Münsingen, Germany

Münsingen is a town in the district of Reutlingen, Baden-Württemberg, Germany. It is situated 23 km southeast of Reutlingen, and 37 km west of Ulm.

Coat of arms of Münsingen
Coat of arms
Location of Münsingen within Reutlingen district
Alb-Donau-KreisBiberach (district)Böblingen (district)Esslingen (district)Esslingen (district)Göppingen (district)Sigmaringen (district)Tübingen (district)ZollernalbkreisBad UrachDettingen an der ErmsEngstingenEningenGomadingenGrabenstettenGrafenbergGutsbezirk MünsingenHayingenHohensteinHülbenLichtensteinMehrstettenMetzingenMünsingenPfronstettenPfullingenPfullingenPliezhausenReutlingenRiederichRömersteinSonnenbühlSt. JohannTrochtelfingenWalddorfhäslachWannweilZwiefaltenMünsingen in RT.svg
About this image
Münsingen is located in Germany
Münsingen is located in Baden-Württemberg
Coordinates: 48°24′46″N 09°29′43″E / 48.41278°N 9.49528°E / 48.41278; 9.49528Coordinates: 48°24′46″N 09°29′43″E / 48.41278°N 9.49528°E / 48.41278; 9.49528
Admin. regionTübingen
Subdivisions14 Stadtteile
 • MayorMike Münzing
 • Total116.05 km2 (44.81 sq mi)
707 m (2,320 ft)
 • Total14,335
 • Density120/km2 (320/sq mi)
Time zoneCET/CEST (UTC+1/+2)
Postal codes
Dialling codes07381, 07383, 07384
Vehicle registrationRT


The name Münsingen is assumed to be derived of an alemannic chief called Munigis, who founded a settlement on the present-day city boundaries. In 775 Münsingen is mentioned for the first time on a deed of gift of Lorsch Abbey. The church of Münsingen is first mentioned in 804. After the rule of the Franks the village went to the county of Württemberg-Urach, which sold it in 1263 to Ulrich I.

In 1339, Münsingen was granted Town privileges. Through the partition of Württemberg it came under the purview of Urach, until in 1482 the Treaty of Münsingen declared the re-unification of the County of Württemberg. On October 23, 1654 it became an administrative center of regional importance. From 1938 to 1973 Münsingen was capital of the district of Münsingen.

In 1895, the German Empire began the construction of a proving ground. Later this became the Duke-Albrecht-Barracks. It was closed on March 31, 2004. The ground was transformed into a settlement.


A church building in Münsingen was first mentioned in 804. The Reformation was introduced in 1537 to Münsingen as well as to the surrounding villages of Apfelstetten, Auingen, Böttingen, Buttenhausen, Dottingen, Hundersingen, Rietheim and Trailfingen and the Lutheran Church Order, as everywhere in the Duchy of Württemberg, was introduced in 1559.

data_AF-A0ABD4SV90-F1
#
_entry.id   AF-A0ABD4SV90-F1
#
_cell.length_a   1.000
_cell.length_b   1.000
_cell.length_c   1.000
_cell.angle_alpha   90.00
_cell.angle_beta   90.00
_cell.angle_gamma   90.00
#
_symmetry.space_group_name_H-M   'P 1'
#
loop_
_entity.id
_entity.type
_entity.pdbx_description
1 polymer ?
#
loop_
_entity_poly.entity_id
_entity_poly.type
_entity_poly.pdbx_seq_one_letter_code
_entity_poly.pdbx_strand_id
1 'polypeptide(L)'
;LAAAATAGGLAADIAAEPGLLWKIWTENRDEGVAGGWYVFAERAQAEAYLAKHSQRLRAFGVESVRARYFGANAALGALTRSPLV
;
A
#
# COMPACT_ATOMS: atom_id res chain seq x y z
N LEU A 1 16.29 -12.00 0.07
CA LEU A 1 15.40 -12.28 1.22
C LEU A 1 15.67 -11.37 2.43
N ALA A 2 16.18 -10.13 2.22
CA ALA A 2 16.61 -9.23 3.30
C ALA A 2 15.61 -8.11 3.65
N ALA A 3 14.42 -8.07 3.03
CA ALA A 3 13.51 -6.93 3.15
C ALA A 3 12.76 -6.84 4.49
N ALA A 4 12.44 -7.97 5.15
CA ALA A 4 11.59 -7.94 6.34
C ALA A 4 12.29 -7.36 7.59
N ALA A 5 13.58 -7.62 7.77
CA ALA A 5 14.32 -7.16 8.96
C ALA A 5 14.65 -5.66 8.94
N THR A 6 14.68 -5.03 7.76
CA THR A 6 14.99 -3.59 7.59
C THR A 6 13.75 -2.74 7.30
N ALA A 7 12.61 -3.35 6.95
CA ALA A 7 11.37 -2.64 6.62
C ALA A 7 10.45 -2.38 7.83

The villages of Bichishausen, Gundelfingen and Bremelau, now administratively part of Münsingen, used to be part of the Principality of Fürstenberg and Further Austria and are therefore predimoninatly Roman Catholic.

The village of Magolsheim was on the border between Württemberg and Further Austria and has two churches, one Protestant and one Catholic.

Münsingen was seat of the Church District of Münsingen of the Evangelical-Lutheran Church in Württemberg until 1 December 2013 when the neighboring district of Bad Urach was merged with Münsingen to form the Church District Bad Urach-Münsingen.

Also represented in Münsingen are the Apostolic Church, the Baptists, the United Methodist Church and the Biblical faith community Münsingen.

Al large Jewish community used to exist in the village of Buttenhausen. The Jews of Buttenhausen were fully integrated into the communal life. This became apparent when during the November 1938 pogrom, the SA squad first had to arrest the mayor of Buttenhausen, who had stubbornly resisted the desecration of the synagogue. Only then the synagogue was burnt down. The remaining Jewish families were deported in the following period and became victims of the Shoah. At the former site of the synagogue a memorial stone commemorates this event. Additionally, in 1961 a memorial was erected in the centre of Buttenhausen with the names of 45 murdered Jewish inhabitants. The Jewish cemetery, Buttenhausen, which was in use from 1787 to 1943, also received a memorial stone.[2]

In Münsingen there is a mosque which belongs to the Turkish-Islamic community.[3] The congregation consists of ca. 70 members.[4]


Bichishausen im Großen Lautertal

Bichishausen Lauter valley